the progress of an investment, including a system of milestones for measuring

    progress, on an independently verifiable basis, in terms of cost, capability of the

    system to meet specified requirements, timeliness, and quality.‖

GOVERNANCE PROCESS

    IT governance provides the framework for decision-making and accountability required to ensure IT

    investments meet the strategic and business objectives of the Department in an efficient and

    effective manner. Two Department-level review boards have been established to provide executive

    oversight to Treasury‘s IT investment planning and management and ensure compliance with the

    guidance from Congress, OMB, and the General Accountability Office (GAO):

    1. Treasury Executive Investment Review Board (E-Board)

    2. Technical Investment Review Board (TIRB)

    Figure 1 illustrates the framework by which the Governance bodies function and manage IT

    investments at the Treasury.

    Figure 1: Governance Framework

     Treasury IT CPIC Policy Guide 7

SCOPE

    It is expected that each Treasury Bureau will have a CPIC process to manage its own IT portfolio.

    The Treasury Office of the Chief Information Officer (OCIO) will only review investments that have

    been selected by the Bureaus through their respective CPIC processes. Bureaus are expected to

    have pre-select and select processes at the Bureau-level where funding requests are examined,

    evaluated and selected through an objective process before submitting IT investment requests

    through the Bureau‘s Chief Financial Officer organization to the Treasury OCIO, the TIRB and

    ultimately to the E-Board. The Bureaus must also have processes in place for managing the

    acquisition phase of funded investments and providing timely reporting for the TIRB and E-Board

    Control reviews. Bureaus are encouraged to conduct periodic portfolio evaluations and develop

    processes to support the TIRB and E-Board reviews.

    All Treasury IT investments must comply with this Guide. The processes described

    represent the overarching framework with which all Bureau processes must comply and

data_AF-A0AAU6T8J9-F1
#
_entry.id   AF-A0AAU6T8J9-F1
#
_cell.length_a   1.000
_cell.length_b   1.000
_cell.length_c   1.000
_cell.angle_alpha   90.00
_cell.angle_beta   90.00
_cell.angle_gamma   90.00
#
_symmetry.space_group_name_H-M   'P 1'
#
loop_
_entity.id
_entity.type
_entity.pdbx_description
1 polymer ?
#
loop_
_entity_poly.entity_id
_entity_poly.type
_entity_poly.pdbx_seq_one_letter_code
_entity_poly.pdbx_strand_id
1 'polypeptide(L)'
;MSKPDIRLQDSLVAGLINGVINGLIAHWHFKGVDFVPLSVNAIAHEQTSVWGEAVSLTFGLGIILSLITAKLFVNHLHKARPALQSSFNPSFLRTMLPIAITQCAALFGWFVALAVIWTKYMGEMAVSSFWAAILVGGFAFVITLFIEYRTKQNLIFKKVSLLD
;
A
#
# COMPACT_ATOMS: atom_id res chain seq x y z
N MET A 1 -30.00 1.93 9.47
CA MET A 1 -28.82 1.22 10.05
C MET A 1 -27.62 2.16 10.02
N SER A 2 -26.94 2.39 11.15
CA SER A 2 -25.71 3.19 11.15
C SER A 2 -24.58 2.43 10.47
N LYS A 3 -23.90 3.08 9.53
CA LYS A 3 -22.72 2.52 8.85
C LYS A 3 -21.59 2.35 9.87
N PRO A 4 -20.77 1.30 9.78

integrate. Bureau processes must support the overall Treasury process and cannot be

    contradictory to this Guide.

    Periodic TIRB and E-Board reviews will be focused on IT investments that are defined as ―major‖

    strategic investments for the Treasury. The TIRB and E-Board may also choose to periodically

    conduct portfolio level reviews of the non-major IT investments. In addition, the Treasury CPIC

    Team or the TIRB may conduct random audits of selected investments in the non-major IT portfolio.

    The thresholds for an investment to be considered ―major‖ are described in the following section.

    GOVERNANCE AND INVESTMENT PRINCIPLES

In developing Treasury‘s vision for Capital Planning and Investment Control, the following metrics

    will be used to measure the overall health and status of Treasury‘s business cases, and assist in

    our decision-making and governance of Treasury‘s IT investment portfolio:

    1. The 10 Investment Principles (see Table 1: Investment Principles)

    2. Benchmarks for key measurement areas, including:

    a. Enterprise Architecture

    b. Budget Growth

    c. Portfolio Risk

    d. Portfolio Value

    e. Cost and Schedule Health

    f. Strategic Alignment

Applying these metrics to each major IT investment will result in well-developed business cases

    being placed on a ―Model E-300 List‖ and poorly performing investments placed on a ―Watch List.‖ Investments on the Watch List will require corrective action plans.